Fairies, Folklore and Forteana
SIMON YOUNG FILES A NEW REPORT FROM THE INTERFACE OF STRANGE PHENOMENA AND FOLK BELIEF
ONE OF THE FINEST FORENSIC DISSECTIONS OF A COLLECTIVE SUPERNATURAL EXPERIENCE THAT I HAVE EVER READ
MODELLING SHARED VISIONS
I’ve had the great pleasure of reading, during a bout of flu, Eugene Hynes’s study of the Marian apparition at Knock in 1879 in County Mayo, Ireland ( Knock: The Virgin’s Apparition in Nineteenth-Century Ireland, Cork University Press, 2008).
The apparition was a remarkable supernatural event. Many men, women and children saw, for several hours, three luminous figures standing in the sky near the village’s church gable. These figures were static and did not speak. One witness, interestingly, saw the light, though not the figures, from his farm window a mile away. Hynes’s book is not principally about the apparition; rather, it inserts the apparition into changes in Irish Catholicism and rural life in the mid-tolate 19th century – Hynes is a sociologist. However, there is a magnificent chapter on the vision itself, one of the finest forensic dissections of a collective supernatural experience that I have ever read.
Hynes breaks down the recording of the experience into five parts, making the fundamental point that the experience and what we eventually read about in the press are two very different things. This is a model that could usefully be applied to other fortean group experiences, from ghosts to UFOs. First, there is the vision, where Hynes has very little to say: what can a social scientist do with the impossible? Second, sources. Hynes notes that some of the viewers were influenced in the vision by religious images seen earlier in their lives: one boy, for instance, compared the vision to images he had seen in Catholic school books. Third, witness editing. The seers, individually and in groups, subsequently edited what they had seen in an attempt to make sense of it. Freud noted a similar process for dreams and called it ‘secondary elaboration’. Above all, we remove bits that don’t make sense. Fourth, recorder editing. The details of the vision were taken down by Church officials who had their own agenda. One of the three luminous figures went from being an anonymous bishop to St John the Evangelist! Fifth, additions. Church officials talked to a number of seers and several had marginal details that no one else had noticed and these were added to the mix. The result at Knock was that a lamb, an altar and a cross appeared, though most witnesses had not seen them.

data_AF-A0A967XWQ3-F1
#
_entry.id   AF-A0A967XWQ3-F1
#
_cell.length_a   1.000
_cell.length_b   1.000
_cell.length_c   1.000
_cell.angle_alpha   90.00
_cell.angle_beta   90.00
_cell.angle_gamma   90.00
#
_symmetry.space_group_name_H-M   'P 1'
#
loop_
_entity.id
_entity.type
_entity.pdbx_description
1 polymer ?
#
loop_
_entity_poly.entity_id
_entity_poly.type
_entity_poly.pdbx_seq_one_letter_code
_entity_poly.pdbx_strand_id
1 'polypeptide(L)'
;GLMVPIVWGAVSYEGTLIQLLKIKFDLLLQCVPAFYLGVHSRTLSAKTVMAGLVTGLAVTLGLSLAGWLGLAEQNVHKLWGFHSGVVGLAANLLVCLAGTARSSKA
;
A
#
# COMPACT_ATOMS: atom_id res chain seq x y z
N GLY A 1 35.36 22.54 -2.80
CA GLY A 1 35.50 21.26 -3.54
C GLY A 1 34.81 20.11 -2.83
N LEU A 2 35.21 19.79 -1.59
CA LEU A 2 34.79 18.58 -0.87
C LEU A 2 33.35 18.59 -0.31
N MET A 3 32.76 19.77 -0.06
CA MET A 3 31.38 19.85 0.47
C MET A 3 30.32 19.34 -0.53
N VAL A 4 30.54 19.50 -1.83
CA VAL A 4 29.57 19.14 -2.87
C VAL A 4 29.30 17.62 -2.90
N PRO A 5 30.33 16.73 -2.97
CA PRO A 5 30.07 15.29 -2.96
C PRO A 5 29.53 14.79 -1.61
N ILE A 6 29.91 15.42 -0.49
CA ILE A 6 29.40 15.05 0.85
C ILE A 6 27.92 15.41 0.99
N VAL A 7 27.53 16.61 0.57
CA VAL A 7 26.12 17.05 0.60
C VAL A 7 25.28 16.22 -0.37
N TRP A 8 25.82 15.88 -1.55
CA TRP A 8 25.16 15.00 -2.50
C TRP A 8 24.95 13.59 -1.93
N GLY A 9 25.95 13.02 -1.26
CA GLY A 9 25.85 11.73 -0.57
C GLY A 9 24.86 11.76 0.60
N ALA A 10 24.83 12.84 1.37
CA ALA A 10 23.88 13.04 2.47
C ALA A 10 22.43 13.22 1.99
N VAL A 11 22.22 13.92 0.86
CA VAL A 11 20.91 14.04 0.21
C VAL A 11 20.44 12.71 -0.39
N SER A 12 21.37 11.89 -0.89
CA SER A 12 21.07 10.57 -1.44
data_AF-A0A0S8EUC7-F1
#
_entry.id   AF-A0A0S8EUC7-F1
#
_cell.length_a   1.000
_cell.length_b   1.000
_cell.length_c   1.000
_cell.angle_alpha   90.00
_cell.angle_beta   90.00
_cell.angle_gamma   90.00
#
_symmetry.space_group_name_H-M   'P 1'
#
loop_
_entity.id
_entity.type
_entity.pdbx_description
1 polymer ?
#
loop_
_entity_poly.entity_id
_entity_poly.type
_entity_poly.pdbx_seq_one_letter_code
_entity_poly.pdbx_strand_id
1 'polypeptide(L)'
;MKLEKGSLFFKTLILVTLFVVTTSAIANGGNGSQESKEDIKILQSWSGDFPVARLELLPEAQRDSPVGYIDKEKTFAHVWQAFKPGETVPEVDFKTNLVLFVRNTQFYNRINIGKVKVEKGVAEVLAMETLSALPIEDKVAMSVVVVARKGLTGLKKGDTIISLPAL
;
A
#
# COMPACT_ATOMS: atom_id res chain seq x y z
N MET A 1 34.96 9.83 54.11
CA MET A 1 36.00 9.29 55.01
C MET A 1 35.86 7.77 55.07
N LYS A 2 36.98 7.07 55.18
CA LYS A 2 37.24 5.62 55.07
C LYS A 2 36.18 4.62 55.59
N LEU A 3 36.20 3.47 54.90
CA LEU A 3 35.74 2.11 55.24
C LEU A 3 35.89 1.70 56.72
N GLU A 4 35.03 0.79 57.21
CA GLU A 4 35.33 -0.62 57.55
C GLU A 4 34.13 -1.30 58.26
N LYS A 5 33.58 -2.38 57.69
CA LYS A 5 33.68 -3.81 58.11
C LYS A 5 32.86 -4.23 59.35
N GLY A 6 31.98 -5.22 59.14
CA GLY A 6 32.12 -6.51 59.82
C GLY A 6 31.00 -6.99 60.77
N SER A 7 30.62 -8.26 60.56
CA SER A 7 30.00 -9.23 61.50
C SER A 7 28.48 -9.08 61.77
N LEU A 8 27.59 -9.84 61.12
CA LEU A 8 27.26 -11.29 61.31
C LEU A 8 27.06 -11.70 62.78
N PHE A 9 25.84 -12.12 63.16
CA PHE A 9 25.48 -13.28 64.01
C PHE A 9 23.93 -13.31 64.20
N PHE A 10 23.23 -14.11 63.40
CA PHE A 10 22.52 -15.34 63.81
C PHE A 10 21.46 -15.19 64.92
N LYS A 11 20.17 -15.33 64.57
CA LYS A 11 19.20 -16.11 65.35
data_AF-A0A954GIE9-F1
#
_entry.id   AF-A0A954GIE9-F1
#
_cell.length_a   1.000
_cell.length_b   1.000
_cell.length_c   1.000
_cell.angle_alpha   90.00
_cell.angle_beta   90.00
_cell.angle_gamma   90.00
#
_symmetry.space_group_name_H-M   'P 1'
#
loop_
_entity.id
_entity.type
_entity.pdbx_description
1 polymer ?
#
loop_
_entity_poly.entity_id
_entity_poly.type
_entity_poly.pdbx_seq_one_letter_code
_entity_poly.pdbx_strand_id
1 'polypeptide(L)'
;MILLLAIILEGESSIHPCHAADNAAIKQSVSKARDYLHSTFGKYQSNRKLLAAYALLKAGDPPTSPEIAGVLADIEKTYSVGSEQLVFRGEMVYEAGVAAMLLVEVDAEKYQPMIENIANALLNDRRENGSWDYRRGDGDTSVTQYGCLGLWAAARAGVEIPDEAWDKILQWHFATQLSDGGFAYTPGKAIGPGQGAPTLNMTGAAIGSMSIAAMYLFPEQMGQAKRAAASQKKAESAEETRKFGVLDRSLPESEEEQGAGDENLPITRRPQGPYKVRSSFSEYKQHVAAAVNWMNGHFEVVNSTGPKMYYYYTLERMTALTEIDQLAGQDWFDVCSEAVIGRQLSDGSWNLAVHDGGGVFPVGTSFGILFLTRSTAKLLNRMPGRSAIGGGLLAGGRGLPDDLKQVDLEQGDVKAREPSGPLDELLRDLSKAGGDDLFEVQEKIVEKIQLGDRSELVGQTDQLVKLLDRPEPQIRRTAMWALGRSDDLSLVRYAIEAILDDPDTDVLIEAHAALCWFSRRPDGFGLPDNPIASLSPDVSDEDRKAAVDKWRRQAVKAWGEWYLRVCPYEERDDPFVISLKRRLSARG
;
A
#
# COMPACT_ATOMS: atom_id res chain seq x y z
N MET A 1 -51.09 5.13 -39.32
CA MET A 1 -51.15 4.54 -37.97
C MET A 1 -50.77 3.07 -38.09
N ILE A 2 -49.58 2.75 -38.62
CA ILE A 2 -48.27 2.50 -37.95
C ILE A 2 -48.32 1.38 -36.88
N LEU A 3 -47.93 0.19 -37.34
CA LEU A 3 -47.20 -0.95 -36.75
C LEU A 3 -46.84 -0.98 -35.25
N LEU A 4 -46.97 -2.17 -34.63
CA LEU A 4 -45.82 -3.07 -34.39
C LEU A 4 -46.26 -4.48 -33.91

Put any experience through this sausage machine and there is the potential for massive distortion. As to the vision itself, the only ‘natural explanation’ is that someone in the locality had decided to put on a magic lantern show. Hynes, rightly, has little patience with this – but nor does he give any satisfying explanation for how anything between a dozen and two dozen witnesses were collectively plunged into the Twilight Zone for several hours…